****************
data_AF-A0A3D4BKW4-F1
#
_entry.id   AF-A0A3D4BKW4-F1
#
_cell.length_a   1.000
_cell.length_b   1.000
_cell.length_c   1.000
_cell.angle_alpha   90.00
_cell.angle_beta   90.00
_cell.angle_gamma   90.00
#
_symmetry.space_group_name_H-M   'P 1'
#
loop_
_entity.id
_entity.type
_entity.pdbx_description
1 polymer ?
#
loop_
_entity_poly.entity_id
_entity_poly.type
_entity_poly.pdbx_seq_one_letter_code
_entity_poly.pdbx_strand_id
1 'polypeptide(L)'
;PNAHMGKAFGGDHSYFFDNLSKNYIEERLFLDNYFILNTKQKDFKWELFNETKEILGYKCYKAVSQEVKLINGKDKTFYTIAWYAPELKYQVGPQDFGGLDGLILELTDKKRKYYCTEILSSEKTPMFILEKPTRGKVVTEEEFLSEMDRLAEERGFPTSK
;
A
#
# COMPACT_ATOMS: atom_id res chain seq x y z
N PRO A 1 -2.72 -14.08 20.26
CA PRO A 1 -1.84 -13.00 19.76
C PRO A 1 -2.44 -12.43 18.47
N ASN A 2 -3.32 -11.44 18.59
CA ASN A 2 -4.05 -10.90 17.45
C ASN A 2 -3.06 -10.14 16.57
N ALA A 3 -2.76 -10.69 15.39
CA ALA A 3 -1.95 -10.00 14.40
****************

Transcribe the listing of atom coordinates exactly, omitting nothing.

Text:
data_AF-A0A3D4BKW4-F1
#
_entry.id   AF-A0A3D4BKW4-F1
#
_cell.length_a   1.000
_cell.length_b   1.000
_cell.length_c   1.000
_cell.angle_alpha   90.00
_cell.angle_beta   90.00
_cell.angle_gamma   90.00
#
_symmetry.space_group_name_H-M   'P 1'
#
loop_
_entity.id
_entity.type
_entity.pdbx_description
1 polymer ?
#
loop_
_entity_poly.entity_id
_entity_poly.type
_entity_poly.pdbx_seq_one_letter_code
_entity_poly.pdbx_strand_id
1 'polypeptide(L)'
;PNAHMGKAFGGDHSYFFDNLSKNYIEERLFLDNYFILNTKQKDFKWELFNETKEILGYKCYKAVSQEVKLINGKDKTFYTIAWYAPELKYQVGPQDFGGLDGLILELTDKKRKYYCTEILSSEKTPMFILEKPTRGKVVTEEEFLSEMDRLAEERGFPTSK
;
A
#
# COMPACT_ATOMS: atom_id res chain seq x y z
N PRO A 1 -2.72 -14.08 20.26
CA PRO A 1 -1.84 -13.00 19.76
C PRO A 1 -2.44 -12.43 18.47
N ASN A 2 -3.32 -11.44 18.59
CA ASN A 2 -4.05 -10.90 17.45
C ASN A 2 -3.06 -10.14 16.57
N ALA A 3 -2.76 -10.69 15.39
CA ALA A 3 -1.95 -10.00 14.40